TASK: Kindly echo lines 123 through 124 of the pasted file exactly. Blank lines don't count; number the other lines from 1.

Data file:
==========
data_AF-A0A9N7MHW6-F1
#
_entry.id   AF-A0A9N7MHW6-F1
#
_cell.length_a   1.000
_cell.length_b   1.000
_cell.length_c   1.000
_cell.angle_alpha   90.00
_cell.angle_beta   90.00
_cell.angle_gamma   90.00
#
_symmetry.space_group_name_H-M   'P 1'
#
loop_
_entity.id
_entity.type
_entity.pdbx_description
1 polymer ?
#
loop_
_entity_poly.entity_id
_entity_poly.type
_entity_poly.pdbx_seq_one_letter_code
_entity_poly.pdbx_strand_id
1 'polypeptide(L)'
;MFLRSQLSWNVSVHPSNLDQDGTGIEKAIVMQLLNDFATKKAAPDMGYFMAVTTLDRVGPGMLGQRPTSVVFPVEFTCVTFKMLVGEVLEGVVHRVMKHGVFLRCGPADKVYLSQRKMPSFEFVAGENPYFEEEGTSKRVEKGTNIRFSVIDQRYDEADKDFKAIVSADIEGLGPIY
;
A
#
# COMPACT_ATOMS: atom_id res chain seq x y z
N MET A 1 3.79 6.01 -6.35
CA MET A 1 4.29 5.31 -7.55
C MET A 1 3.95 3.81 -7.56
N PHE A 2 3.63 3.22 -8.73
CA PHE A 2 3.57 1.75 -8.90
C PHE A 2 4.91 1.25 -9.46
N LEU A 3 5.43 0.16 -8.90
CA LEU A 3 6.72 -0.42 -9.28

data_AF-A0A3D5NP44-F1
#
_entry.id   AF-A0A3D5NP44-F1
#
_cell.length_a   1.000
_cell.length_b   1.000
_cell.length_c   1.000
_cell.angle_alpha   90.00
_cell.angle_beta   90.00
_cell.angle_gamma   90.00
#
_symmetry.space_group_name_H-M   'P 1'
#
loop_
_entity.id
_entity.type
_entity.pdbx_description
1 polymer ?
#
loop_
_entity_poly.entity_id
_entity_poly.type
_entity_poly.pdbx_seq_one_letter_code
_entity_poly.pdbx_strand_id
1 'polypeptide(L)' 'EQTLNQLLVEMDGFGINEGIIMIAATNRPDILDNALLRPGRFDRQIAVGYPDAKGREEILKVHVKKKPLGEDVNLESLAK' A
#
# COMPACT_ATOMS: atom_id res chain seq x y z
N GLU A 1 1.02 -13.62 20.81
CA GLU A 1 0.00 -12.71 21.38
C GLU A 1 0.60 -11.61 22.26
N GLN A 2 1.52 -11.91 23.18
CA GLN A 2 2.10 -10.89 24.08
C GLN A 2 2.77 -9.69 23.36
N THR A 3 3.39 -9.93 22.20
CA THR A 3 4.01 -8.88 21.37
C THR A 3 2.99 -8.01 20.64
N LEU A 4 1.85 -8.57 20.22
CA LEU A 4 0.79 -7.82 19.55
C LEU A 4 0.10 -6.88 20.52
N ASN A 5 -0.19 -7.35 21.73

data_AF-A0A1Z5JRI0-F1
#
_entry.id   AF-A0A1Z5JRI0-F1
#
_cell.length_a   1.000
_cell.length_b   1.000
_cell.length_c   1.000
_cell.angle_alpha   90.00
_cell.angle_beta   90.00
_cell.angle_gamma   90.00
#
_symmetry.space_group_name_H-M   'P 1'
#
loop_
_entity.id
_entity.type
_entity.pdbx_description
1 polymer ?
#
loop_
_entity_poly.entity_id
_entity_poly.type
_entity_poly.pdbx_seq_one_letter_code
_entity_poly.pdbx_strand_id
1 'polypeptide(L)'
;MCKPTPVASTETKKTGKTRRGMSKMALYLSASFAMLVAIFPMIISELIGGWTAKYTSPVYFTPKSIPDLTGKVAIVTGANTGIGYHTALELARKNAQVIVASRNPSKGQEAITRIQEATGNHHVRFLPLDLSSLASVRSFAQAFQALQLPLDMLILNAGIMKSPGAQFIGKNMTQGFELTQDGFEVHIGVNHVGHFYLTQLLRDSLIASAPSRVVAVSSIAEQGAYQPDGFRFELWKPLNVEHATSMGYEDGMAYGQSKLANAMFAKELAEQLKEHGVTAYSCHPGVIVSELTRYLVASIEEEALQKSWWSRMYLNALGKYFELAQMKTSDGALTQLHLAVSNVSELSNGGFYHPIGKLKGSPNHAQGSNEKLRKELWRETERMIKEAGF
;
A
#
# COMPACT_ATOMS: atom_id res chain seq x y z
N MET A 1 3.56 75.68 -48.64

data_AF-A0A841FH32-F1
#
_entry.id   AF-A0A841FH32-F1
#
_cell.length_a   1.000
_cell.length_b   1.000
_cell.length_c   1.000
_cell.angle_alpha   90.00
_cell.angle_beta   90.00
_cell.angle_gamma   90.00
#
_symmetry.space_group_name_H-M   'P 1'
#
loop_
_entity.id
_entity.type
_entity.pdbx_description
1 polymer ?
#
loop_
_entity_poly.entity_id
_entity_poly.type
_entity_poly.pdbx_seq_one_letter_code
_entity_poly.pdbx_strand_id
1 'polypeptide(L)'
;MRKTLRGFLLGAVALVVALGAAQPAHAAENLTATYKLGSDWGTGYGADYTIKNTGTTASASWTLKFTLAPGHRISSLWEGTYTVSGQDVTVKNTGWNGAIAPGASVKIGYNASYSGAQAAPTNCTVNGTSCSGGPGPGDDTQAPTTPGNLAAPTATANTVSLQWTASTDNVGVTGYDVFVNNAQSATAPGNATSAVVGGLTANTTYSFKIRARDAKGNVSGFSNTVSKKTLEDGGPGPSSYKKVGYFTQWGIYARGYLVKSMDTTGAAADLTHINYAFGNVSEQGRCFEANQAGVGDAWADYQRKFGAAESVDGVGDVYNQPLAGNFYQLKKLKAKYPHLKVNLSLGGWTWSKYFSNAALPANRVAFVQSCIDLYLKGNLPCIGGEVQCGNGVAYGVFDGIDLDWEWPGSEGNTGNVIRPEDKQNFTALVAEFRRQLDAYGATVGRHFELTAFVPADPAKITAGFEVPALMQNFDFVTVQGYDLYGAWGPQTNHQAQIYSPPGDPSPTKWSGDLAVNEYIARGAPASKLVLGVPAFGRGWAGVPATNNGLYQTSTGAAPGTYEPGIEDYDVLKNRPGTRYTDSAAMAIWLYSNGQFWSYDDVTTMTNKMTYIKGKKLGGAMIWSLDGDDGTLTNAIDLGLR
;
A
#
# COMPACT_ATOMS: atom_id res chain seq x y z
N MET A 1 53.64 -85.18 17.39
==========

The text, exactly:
loop_
_entity.id